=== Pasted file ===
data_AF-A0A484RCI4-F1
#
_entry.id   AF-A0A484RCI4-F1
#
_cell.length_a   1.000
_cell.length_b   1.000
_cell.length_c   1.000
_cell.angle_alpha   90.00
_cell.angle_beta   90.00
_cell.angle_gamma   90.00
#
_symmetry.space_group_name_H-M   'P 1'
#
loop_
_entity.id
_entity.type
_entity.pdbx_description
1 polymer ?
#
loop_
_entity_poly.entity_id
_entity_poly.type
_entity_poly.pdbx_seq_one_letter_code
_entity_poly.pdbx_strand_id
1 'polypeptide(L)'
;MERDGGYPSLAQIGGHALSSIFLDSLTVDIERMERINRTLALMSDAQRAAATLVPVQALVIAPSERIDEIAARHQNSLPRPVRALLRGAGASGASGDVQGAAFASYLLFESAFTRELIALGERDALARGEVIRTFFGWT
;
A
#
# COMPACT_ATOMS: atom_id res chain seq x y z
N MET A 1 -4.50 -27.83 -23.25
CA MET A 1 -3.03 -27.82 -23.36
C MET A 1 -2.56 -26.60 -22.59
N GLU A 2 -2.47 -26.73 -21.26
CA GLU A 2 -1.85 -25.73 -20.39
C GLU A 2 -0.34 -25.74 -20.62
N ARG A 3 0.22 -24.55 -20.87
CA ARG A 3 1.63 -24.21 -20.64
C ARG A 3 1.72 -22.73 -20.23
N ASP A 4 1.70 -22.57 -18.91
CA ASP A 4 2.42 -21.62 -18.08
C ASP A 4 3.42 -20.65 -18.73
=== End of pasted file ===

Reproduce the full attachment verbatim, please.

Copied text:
data_AF-A0A484RCI4-F1
#
_entry.id   AF-A0A484RCI4-F1
#
_cell.length_a   1.000
_cell.length_b   1.000
_cell.length_c   1.000
_cell.angle_alpha   90.00
_cell.angle_beta   90.00
_cell.angle_gamma   90.00
#
_symmetry.space_group_name_H-M   'P 1'
#
loop_
_entity.id
_entity.type
_entity.pdbx_description
1 polymer ?
#
loop_
_entity_poly.entity_id
_entity_poly.type
_entity_poly.pdbx_seq_one_letter_code
_entity_poly.pdbx_strand_id
1 'polypeptide(L)'
;MERDGGYPSLAQIGGHALSSIFLDSLTVDIERMERINRTLALMSDAQRAAATLVPVQALVIAPSERIDEIAARHQNSLPRPVRALLRGAGASGASGDVQGAAFASYLLFESAFTRELIALGERDALARGEVIRTFFGWT
;
A
#
# COMPACT_ATOMS: atom_id res chain seq x y z
N MET A 1 -4.50 -27.83 -23.25
CA MET A 1 -3.03 -27.82 -23.36
C MET A 1 -2.56 -26.60 -22.59
N GLU A 2 -2.47 -26.73 -21.26
CA GLU A 2 -1.85 -25.73 -20.39
C GLU A 2 -0.34 -25.74 -20.62
N ARG A 3 0.22 -24.55 -20.87
CA ARG A 3 1.63 -24.21 -20.64
C ARG A 3 1.72 -22.73 -20.23
N ASP A 4 1.70 -22.57 -18.91
CA ASP A 4 2.42 -21.62 -18.08
C ASP A 4 3.42 -20.65 -18.73